Judging from the markets and English-speaking news media this week, Greece’s damaged economy has finally turned the corner. I doubt it.
The Financial Times and Wall Street Journal ran prominent pieces about bullish investors ploughing back into Greek markets. On May 15, the Greek government’s borrowing costs on 10-year bonds fell by one percentage point, to the lowest level in three years.
Against this euphoria, the Greek statistics agency Elstat says the Greek economy contracted 5.3 percent in the first quarter of 2013 compared with a year earlier. This is the 19th consecutive quarter in which it has shrunk.
There will be a recovery some day, so is this it? Certainly, there have been positive signs. Early last week, the euro area’s finance ministers agreed to release 7.5 billion euros ($9.6 billion) of bailout funds to Greece — 4.2 billion euros at the weekend, and the remaining 3.3 billion euros in June, provided that Greece first completes a number of measures.
The following day, Fitch Ratings upgraded Greece to B- from CCC. That is still six levels below investment grade, yet the improvement inspired one of the biggest sovereign-bond market rallies we have seen in Greece since the beginning of the crisis. Prime Minister Antonis Samaras even said Greece plans to re-enter the bond markets in the first half of next year.
There has also been a flurry of recent investment activity in Greece. After years of procrastination, the government on May 1 accepted a tender to privatize Opap SA, the gambling company that is the country’s most profitable state-owned enterprise. You have to try pretty hard to read this as a success story, though. Opap is the jewel in Greece’s crown, yet the government received only two bids for a 33 percent stake in the company, and the final price of 652 million euros was at the low end of expectations. The state’s natural-gas company, Depa SA, is the next big privatization expected.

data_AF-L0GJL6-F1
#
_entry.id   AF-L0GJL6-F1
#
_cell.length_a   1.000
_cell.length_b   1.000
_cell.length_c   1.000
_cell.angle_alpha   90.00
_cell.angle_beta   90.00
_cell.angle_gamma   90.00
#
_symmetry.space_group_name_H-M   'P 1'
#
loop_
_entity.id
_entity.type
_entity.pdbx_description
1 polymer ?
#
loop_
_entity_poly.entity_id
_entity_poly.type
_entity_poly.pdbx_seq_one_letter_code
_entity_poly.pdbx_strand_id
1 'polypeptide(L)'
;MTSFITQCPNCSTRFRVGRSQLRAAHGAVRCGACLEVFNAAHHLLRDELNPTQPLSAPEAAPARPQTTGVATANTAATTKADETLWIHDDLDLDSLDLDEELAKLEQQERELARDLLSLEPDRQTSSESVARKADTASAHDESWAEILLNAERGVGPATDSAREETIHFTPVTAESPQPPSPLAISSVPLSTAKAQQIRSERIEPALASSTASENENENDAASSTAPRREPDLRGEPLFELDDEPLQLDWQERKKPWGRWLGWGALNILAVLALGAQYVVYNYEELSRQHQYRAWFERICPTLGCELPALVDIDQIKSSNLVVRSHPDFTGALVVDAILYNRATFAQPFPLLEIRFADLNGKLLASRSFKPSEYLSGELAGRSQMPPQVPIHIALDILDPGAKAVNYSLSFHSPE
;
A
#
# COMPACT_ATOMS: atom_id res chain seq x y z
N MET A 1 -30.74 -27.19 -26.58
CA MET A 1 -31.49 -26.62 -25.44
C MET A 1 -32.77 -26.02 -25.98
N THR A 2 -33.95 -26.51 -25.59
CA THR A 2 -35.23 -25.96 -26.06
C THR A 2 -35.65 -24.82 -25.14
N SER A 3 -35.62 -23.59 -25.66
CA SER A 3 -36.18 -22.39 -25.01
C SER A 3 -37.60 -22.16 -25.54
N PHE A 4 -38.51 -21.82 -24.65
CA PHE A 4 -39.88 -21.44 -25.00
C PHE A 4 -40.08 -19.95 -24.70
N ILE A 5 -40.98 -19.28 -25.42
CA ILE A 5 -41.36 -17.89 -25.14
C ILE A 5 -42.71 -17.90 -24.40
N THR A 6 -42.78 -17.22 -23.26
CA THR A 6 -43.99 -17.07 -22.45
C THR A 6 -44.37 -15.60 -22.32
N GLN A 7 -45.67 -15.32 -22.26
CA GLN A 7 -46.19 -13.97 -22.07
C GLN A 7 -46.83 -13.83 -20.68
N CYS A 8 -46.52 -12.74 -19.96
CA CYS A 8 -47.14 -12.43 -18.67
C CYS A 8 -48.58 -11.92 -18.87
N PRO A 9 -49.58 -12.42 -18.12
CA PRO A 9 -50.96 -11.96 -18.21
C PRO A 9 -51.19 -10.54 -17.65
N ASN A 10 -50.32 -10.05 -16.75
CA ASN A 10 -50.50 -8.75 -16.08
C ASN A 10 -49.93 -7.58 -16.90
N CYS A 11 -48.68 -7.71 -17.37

There has also been some investor interest in Greek banks and corporations. According to the Financial Times, a group of hedge funds has agreed to participate in the recapitalization of Alpha Bank SA in June. Two Greek companies — refrigerator-parts maker Frigoglass SA and refinery company Hellenic Petroleum SA — succeeded in issuing corporate bonds with yields of about 8 percent in recent weeks. While these yields are high, Greek companies were completely shut out of the bond markets in 2012.
Another glimmer of hope is that the price of Greek gross-domestic-product warrants has increased significantly. These were issued as a sweetener to private-sector bondholders who participated in the restructuring of privately held Greek sovereign debt in March 2012. They pay out in a number of years, if Greece reaches certain GDP-growth targets. A year ago, they were priced at about 0.2 euro cent. Last week, they broke through the 1 euro-cent mark, a price increase that indicates investors are betting Greece is on a path to sustainable growth.
This is all hard to square with some of Greece’s economic fundamentals. According to Elstat, Greece’s economy is now smaller than it was in 2005, having shrunk a cumulative 28 percent since mid-2008. The European Commission forecasts a further contraction of 4.2 percent in 2013, which will be difficult to achieve given that the decline in the first quarter was so much larger.